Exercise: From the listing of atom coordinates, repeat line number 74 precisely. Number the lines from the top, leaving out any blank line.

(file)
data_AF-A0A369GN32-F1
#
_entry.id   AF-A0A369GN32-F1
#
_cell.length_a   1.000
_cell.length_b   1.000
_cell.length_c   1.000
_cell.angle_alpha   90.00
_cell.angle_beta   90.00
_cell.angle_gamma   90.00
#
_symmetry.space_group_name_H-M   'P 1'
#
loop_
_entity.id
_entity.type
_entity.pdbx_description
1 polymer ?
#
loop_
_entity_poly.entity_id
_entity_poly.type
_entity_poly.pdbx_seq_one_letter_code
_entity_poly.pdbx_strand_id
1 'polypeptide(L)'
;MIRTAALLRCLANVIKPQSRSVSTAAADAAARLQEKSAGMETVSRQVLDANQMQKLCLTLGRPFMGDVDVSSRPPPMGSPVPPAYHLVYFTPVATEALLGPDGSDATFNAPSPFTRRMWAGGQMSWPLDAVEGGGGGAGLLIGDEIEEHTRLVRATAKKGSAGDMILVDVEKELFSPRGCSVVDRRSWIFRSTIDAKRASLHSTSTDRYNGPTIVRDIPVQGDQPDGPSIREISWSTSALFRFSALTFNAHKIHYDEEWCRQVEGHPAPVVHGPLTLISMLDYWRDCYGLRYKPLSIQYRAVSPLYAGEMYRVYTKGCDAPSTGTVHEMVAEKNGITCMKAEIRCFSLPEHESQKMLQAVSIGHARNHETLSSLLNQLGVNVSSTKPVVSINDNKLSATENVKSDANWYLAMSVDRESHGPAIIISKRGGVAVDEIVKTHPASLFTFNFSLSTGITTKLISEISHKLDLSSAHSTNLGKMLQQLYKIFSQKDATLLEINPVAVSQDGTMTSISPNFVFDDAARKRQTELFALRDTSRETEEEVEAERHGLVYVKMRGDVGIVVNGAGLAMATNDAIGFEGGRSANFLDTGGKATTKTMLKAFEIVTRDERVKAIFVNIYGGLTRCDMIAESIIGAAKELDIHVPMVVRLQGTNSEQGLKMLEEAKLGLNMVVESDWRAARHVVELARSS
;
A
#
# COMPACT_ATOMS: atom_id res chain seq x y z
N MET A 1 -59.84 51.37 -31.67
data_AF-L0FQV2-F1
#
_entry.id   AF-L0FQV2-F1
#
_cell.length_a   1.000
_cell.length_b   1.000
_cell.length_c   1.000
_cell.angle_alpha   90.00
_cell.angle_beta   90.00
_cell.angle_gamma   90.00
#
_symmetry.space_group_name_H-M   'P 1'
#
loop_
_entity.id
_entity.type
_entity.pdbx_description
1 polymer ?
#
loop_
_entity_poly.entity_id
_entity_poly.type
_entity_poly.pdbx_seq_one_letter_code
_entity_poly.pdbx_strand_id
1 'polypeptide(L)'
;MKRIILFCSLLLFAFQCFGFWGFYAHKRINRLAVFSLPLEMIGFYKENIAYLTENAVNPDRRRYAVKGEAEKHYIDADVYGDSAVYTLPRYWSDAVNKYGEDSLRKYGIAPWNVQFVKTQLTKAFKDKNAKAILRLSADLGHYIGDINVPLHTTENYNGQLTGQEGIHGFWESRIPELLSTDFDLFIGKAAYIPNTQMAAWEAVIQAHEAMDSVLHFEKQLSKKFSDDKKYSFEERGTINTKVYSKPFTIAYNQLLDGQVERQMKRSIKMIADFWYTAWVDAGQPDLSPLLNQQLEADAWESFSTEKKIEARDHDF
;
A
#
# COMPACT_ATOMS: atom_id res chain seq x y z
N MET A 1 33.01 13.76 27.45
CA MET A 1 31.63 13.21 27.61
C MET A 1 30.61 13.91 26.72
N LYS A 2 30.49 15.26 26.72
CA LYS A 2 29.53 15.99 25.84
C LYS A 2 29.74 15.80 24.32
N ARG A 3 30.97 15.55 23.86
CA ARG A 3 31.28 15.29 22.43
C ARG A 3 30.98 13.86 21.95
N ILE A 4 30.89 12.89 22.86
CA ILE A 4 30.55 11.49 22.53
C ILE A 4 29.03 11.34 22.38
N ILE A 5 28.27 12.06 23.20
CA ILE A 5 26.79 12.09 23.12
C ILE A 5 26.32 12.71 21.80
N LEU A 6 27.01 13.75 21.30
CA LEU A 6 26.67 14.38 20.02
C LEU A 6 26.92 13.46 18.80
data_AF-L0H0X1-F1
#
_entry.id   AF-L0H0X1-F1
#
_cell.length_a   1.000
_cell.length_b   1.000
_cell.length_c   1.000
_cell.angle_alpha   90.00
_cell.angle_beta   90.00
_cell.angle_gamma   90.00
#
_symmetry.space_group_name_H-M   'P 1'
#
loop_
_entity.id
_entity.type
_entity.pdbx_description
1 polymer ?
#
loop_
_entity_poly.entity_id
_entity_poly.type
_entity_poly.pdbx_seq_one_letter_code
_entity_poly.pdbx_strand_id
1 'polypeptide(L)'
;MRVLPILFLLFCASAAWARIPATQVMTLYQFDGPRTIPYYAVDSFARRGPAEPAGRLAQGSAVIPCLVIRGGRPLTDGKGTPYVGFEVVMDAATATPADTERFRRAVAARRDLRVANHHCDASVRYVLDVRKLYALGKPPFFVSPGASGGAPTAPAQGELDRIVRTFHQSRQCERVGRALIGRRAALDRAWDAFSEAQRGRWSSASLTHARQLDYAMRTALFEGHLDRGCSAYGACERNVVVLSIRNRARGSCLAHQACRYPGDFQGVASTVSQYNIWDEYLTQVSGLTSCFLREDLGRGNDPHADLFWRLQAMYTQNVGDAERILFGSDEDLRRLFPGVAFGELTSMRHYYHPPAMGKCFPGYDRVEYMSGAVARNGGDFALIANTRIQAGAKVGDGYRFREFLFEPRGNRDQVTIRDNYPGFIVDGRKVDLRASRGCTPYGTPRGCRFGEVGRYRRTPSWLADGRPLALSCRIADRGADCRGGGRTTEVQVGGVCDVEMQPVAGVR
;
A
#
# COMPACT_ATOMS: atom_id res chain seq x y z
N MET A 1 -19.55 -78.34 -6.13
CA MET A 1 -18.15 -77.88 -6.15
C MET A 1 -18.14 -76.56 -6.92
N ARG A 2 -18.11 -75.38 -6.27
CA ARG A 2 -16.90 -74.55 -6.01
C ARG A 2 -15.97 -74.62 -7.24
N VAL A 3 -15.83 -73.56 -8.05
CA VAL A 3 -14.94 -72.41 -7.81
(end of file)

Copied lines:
N ILE A 5 28.27 12.06 23.20